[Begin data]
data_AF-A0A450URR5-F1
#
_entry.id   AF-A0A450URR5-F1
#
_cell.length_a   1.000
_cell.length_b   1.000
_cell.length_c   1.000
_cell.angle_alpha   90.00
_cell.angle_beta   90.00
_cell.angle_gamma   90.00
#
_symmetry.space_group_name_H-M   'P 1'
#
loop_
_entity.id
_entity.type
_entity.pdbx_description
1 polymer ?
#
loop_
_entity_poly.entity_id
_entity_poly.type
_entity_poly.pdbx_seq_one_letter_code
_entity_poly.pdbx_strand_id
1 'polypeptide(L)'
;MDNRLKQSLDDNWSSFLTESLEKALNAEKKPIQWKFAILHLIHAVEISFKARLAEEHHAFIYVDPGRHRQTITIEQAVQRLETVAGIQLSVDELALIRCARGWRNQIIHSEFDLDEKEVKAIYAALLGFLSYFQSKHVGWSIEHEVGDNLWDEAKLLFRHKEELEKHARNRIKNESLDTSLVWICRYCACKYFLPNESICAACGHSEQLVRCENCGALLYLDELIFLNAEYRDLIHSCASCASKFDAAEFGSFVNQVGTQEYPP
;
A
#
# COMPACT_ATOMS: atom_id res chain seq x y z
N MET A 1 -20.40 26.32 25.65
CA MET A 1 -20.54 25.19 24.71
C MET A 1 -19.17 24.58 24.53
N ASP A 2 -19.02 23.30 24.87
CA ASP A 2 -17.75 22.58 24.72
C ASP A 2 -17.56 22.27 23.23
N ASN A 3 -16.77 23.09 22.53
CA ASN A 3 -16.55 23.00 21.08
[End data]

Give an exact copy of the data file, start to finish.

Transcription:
data_AF-A0A450URR5-F1
#
_entry.id   AF-A0A450URR5-F1
#
_cell.length_a   1.000
_cell.length_b   1.000
_cell.length_c   1.000
_cell.angle_alpha   90.00
_cell.angle_beta   90.00
_cell.angle_gamma   90.00
#
_symmetry.space_group_name_H-M   'P 1'
#
loop_
_entity.id
_entity.type
_entity.pdbx_description
1 polymer ?
#
loop_
_entity_poly.entity_id
_entity_poly.type
_entity_poly.pdbx_seq_one_letter_code
_entity_poly.pdbx_strand_id
1 'polypeptide(L)'
;MDNRLKQSLDDNWSSFLTESLEKALNAEKKPIQWKFAILHLIHAVEISFKARLAEEHHAFIYVDPGRHRQTITIEQAVQRLETVAGIQLSVDELALIRCARGWRNQIIHSEFDLDEKEVKAIYAALLGFLSYFQSKHVGWSIEHEVGDNLWDEAKLLFRHKEELEKHARNRIKNESLDTSLVWICRYCACKYFLPNESICAACGHSEQLVRCENCGALLYLDELIFLNAEYRDLIHSCASCASKFDAAEFGSFVNQVGTQEYPP
;
A
#
# COMPACT_ATOMS: atom_id res chain seq x y z
N MET A 1 -20.40 26.32 25.65
CA MET A 1 -20.54 25.19 24.71
C MET A 1 -19.17 24.58 24.53
N ASP A 2 -19.02 23.30 24.87
CA ASP A 2 -17.75 22.58 24.72
C ASP A 2 -17.56 22.27 23.23
N ASN A 3 -16.77 23.09 22.53
CA ASN A 3 -16.55 23.00 21.08